Margaret Hodge: My right hon. Friend the Secretary of State will announce the outcome of the review of student finance later this month. In addition, we are working with local education authorities and the Student Loans Company to modernise the administration of student support so that studentscan obtain financial help more easily and quickly.
Mr. Damian Green: To ask the Secretary of State for Education and Skills what discussions his Department has had with each local education authority in England with regard to the provision of guidance for a possible terrorist attack. 
Mr. Stephen Twigg: My Department continues to work closely with the Cabinet Office and Home Office on what additional advice local authorities and schools need in order to safeguard pupils, staff and property. Local
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authorities, which have direct responsibility for contingency and emergency planning, will be able to use such advice to determine policy in their locality, including what should be said specifically to schools. To date, no local education authority has asked the Department about this. We have previously provided advice and guidance for authorities and schools collectively on school security generally (www.dfes.gov.uk/schoolsecurity), and specific guidance following the events of September 11 (www.dfes.gov.uk/sept11 guidance).
Mr. Damian Green: To ask the Secretary of State for Education and Skills what proportion of teacher trainees left the profession permanently after (a) one year, (b) two years, (c) three years, (d) four years and (e) five years, in each of the last five years for which information is available. 
Mr. Miliband: The information is not available in the form requested. The table shows the proportion of newly-qualified teachers who gained their teaching qualifications in England in the period 19962000 who were not in full- or part-time regular service in any sector 1 in England on 31 March 2001:
|Year qualified||Percentage not in service on 31 March 2001|
(37) Numbers of completers in 2000 are provisional and may be revised upwards.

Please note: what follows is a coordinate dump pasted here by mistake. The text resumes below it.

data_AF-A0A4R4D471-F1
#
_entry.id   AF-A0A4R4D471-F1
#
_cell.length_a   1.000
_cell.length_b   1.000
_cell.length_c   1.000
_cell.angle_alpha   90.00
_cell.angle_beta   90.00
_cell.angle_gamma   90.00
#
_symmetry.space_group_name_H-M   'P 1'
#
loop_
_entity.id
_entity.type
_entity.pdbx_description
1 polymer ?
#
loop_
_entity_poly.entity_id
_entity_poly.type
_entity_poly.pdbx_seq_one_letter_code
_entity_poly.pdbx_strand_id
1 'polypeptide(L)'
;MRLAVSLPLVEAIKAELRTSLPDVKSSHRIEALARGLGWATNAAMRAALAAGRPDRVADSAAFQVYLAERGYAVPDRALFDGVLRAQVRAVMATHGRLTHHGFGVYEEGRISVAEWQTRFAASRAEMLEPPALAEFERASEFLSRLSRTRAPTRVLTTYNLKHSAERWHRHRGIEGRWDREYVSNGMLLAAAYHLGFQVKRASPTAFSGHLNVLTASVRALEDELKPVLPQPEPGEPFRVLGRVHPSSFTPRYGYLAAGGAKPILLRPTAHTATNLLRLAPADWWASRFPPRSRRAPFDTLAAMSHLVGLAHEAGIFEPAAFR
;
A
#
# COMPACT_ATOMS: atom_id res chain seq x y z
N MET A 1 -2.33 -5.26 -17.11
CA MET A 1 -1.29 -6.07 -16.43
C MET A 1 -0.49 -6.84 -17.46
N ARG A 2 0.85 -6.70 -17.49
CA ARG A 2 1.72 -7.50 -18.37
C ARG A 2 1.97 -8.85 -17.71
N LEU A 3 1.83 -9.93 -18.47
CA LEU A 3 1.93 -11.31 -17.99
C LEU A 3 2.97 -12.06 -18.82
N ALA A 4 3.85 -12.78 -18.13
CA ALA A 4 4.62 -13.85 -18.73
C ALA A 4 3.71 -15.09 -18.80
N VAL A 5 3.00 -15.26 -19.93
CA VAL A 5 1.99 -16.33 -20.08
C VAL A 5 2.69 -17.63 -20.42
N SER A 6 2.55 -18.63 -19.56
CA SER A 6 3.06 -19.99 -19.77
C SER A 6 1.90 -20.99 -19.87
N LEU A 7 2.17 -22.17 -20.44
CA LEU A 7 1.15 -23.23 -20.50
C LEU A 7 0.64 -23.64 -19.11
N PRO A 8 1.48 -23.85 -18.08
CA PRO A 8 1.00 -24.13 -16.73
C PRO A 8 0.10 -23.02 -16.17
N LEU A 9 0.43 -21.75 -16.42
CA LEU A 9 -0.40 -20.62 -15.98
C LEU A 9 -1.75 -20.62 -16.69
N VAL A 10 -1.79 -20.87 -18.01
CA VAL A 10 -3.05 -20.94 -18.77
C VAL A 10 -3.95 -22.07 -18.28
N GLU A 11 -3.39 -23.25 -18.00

Mr. Andrew Turner: To ask the Secretary of State for Education and Skills pursuant to the answer from the Prime Minister of 18 December 2002, Official Report, column 844, what the requisite standard for admission to university is. 
Margaret Hodge [holding answer 9 January 2003]: Admission to university is the responsibility of individual institutions, and each institution determines the requisite standards of entry to the courses it offers. Decisions taken by institutions should be made on the basis of merit, by judging the potential of the applicant to succeed on the course.
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Mr. Steen: To ask the Secretary of State for Education and Skills how much Government money has been allocated towards funding university degrees in (a) fashion knitwear, (b) surf science, (c) football studies, (d) golf course studies and (e) jazz studies in the last three years; and if he will make a statement. 
Margaret Hodge: The Government allocates funding for higher education to the Higher Education Funding Council for England. Institutions receive funding from the Council as a block grant, calculated on the basis of the number of students who attended in previous years plus any extra student places awarded through the Additional Student Numbers exercise. It is for each institution to determine which courses it offers. They will clearly have regard to the demand as they will only receive funding for students they teach, not courses they run.